Curiosity is an important trait with endless rewards It’s especially important when you need to discover more about what is going on before deciding or acting.
Here are a couple of techniques that might help you tap into your curiosity:
- Take yourself back to your childhood, and be a fascinated explorer, like a child in the woods or on the beach. Embrace your fascination.
- When problems inevitably arise, permit yourself to conduct blameless autopsies. Let the blaming, shaming and guilt about fault wait. Jump in to do your lessons learned with full objectivity. “Success has many fathers while failure is an orphan.”
- Avoid bringing assumptions from the past forward into your current dilemmas.
- As the great Don Rheem says:
- An average leader will see a problem happening across a room and “rush to judgement”.
- However, a great leader will instead “rush to curiosity”. They will inquire about what is going on to learn. That will give them access to new, and potentially highly useful, information.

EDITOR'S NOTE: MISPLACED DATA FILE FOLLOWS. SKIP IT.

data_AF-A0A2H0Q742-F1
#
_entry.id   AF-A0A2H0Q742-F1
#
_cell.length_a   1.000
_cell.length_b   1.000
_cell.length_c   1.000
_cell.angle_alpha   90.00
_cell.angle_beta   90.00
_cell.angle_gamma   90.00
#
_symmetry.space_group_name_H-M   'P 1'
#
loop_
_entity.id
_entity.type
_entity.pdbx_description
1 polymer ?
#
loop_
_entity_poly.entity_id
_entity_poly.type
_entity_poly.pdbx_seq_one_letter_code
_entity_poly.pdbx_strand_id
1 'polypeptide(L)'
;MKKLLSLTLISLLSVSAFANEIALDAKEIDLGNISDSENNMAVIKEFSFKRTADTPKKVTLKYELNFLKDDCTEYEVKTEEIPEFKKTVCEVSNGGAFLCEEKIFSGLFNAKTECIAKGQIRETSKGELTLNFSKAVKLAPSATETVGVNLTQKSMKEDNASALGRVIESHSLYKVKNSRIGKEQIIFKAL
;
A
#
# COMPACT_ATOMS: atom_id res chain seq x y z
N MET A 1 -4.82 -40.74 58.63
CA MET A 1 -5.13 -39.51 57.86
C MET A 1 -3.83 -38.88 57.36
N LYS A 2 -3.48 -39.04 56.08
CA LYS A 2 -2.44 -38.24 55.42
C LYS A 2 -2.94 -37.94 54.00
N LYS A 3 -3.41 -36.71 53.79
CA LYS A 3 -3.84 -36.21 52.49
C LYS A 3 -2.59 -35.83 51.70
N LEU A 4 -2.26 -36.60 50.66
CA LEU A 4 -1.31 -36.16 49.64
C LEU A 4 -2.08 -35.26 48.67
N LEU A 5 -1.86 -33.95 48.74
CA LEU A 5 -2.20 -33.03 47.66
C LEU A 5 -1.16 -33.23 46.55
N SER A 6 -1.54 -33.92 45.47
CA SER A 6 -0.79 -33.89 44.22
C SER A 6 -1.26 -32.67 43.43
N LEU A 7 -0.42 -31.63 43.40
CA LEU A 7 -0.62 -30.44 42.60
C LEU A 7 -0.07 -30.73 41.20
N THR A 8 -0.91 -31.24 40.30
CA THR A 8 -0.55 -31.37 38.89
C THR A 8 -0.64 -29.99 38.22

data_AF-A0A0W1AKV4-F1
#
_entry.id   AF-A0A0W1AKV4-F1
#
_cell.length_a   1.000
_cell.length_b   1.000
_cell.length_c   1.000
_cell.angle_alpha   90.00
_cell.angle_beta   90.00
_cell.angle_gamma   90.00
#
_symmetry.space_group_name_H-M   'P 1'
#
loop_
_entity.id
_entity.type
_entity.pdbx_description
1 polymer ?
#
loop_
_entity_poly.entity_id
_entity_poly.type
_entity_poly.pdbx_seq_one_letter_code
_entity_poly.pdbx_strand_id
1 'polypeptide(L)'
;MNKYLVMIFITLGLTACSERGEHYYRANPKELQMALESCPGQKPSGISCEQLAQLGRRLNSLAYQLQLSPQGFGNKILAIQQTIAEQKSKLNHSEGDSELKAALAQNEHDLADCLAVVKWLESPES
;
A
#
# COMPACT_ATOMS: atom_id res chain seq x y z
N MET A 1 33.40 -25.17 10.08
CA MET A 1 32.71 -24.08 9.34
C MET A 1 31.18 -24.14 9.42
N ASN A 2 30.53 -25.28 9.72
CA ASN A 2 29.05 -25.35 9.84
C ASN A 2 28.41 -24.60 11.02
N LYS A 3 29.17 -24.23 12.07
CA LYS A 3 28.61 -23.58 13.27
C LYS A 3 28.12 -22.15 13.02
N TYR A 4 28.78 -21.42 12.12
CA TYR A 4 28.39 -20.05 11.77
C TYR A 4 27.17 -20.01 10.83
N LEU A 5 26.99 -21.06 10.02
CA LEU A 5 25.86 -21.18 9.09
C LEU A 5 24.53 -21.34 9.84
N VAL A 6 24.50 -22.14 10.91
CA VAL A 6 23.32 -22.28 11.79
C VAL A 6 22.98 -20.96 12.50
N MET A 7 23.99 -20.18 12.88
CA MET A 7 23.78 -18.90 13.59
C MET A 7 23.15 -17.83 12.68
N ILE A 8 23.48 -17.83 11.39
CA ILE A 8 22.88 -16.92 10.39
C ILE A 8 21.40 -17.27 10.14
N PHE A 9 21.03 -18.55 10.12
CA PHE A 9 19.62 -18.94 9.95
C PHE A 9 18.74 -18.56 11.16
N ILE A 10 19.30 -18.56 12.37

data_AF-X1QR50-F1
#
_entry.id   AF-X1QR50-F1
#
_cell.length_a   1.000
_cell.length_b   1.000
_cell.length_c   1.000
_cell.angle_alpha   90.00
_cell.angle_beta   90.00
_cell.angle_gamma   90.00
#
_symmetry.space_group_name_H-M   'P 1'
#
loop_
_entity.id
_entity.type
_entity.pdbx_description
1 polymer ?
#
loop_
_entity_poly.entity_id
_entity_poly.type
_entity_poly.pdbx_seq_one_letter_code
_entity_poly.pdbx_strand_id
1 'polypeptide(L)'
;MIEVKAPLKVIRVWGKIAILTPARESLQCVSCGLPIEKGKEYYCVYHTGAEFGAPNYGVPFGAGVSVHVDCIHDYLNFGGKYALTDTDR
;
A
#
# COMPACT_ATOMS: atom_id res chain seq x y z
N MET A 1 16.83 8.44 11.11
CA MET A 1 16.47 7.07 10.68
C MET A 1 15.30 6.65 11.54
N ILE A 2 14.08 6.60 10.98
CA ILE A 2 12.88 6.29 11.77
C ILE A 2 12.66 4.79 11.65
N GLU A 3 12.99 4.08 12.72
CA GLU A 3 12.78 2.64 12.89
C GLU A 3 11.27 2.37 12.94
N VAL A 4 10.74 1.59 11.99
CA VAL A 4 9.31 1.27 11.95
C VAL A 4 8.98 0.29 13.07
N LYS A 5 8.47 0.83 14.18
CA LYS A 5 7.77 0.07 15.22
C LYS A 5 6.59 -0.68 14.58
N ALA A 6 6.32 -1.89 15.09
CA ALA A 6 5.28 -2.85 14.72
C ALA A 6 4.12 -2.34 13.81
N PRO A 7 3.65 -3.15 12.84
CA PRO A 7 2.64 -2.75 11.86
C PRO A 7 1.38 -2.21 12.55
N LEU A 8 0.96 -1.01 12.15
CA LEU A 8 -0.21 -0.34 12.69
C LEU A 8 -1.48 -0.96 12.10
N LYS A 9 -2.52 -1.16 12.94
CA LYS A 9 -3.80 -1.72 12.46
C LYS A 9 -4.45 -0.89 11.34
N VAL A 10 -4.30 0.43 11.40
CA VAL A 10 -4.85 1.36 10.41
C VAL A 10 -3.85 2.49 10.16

- The next time that you find yourself disagreeing with someone. Use it as a learning experience, and tap into your curiosity again. Take 3 minutes and try to understand your adversaries motivations. Does that sound familiar? Stephen Covey said, “Seek first to understand, and then to be understood.” It is habit 5 of Stephen Covey’s 7 Habits of Highly Effective People.
- Play the “Fascinated Anthropologist”. When you play the role of Fascinated Anthropologist, you become a keen observer and discoverer of what is, without trying to judge, change, or control the situation.
Try these techniques to tap into your innate curiosity. Let me know how it goes.
Just my opinion. What do you think? Let me know in the comments.
If you find value in this article, please share it with others that may also find value. Like, comment and follow Sapiens Society below, on Facebook and on Twitter.
#Curiosity #Habit 5 #Fascination